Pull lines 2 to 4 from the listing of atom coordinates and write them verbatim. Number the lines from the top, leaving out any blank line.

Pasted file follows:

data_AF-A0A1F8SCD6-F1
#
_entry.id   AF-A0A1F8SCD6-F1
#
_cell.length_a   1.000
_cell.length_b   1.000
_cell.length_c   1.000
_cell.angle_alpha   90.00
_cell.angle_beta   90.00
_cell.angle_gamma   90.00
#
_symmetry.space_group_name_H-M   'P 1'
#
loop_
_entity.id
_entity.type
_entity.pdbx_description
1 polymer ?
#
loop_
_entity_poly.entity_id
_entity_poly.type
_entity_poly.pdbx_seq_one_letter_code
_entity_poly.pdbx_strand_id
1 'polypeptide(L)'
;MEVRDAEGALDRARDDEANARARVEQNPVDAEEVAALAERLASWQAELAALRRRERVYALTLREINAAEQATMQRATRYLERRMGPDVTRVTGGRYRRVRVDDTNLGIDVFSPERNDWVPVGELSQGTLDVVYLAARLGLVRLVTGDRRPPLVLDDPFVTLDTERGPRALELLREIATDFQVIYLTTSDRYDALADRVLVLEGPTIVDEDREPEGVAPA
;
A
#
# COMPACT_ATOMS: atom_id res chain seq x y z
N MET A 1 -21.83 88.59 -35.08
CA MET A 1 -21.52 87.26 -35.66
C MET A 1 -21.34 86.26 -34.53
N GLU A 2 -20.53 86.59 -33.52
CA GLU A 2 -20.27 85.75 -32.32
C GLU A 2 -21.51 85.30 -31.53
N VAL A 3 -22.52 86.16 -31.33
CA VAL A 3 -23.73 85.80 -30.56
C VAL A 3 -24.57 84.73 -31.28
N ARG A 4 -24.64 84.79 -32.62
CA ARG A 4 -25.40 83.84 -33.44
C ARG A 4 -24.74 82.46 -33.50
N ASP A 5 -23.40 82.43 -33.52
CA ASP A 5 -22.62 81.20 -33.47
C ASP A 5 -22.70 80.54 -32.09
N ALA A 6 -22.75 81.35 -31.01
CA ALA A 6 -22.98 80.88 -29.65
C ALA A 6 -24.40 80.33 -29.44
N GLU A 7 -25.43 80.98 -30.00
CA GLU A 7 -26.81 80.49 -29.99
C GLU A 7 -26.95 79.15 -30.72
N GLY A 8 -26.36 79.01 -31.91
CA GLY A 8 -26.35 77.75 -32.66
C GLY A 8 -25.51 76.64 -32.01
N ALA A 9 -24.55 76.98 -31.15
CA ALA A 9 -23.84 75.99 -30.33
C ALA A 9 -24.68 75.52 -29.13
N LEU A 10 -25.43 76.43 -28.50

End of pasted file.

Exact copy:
#
_entry.id   AF-A0A1F8SCD6-F1
#